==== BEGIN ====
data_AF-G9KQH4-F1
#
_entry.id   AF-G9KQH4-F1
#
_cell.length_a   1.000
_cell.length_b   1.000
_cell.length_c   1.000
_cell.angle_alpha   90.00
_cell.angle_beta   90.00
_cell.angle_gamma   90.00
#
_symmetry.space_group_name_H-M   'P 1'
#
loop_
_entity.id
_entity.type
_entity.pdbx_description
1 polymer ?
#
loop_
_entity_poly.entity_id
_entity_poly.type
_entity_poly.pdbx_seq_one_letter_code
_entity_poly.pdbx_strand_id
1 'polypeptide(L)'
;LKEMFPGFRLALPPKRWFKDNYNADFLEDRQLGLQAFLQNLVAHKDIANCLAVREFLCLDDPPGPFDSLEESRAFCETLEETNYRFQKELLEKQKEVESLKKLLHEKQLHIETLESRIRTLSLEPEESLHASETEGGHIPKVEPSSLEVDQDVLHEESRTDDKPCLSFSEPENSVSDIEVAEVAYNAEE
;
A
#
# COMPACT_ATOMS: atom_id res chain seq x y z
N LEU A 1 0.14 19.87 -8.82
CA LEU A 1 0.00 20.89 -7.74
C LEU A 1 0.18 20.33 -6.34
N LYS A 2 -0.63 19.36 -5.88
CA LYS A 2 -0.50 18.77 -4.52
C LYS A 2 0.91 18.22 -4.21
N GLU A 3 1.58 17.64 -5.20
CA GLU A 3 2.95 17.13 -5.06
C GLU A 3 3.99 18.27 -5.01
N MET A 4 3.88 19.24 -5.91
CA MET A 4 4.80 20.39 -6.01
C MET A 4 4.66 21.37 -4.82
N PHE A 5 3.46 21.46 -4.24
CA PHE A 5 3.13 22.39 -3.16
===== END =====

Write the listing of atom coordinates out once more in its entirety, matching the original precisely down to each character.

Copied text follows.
data_AF-G9KQH4-F1
#
_entry.id   AF-G9KQH4-F1
#
_cell.length_a   1.000
_cell.length_b   1.000
_cell.length_c   1.000
_cell.angle_alpha   90.00
_cell.angle_beta   90.00
_cell.angle_gamma   90.00
#
_symmetry.space_group_name_H-M   'P 1'
#
loop_
_entity.id
_entity.type
_entity.pdbx_description
1 polymer ?
#
loop_
_entity_poly.entity_id
_entity_poly.type
_entity_poly.pdbx_seq_one_letter_code
_entity_poly.pdbx_strand_id
1 'polypeptide(L)'
;LKEMFPGFRLALPPKRWFKDNYNADFLEDRQLGLQAFLQNLVAHKDIANCLAVREFLCLDDPPGPFDSLEESRAFCETLEETNYRFQKELLEKQKEVESLKKLLHEKQLHIETLESRIRTLSLEPEESLHASETEGGHIPKVEPSSLEVDQDVLHEESRTDDKPCLSFSEPENSVSDIEVAEVAYNAEE
;
A
#
# COMPACT_ATOMS: atom_id res chain seq x y z
N LEU A 1 0.14 19.87 -8.82
CA LEU A 1 0.00 20.89 -7.74
C LEU A 1 0.18 20.33 -6.34
N LYS A 2 -0.63 19.36 -5.88
CA LYS A 2 -0.50 18.77 -4.52
C LYS A 2 0.91 18.22 -4.21
N GLU A 3 1.58 17.64 -5.20
CA GLU A 3 2.95 17.13 -5.06
C GLU A 3 3.99 18.27 -5.01
N MET A 4 3.88 19.24 -5.91
CA MET A 4 4.80 20.39 -6.01
C MET A 4 4.66 21.37 -4.82
N PHE A 5 3.46 21.46 -4.24
CA PHE A 5 3.13 22.39 -3.16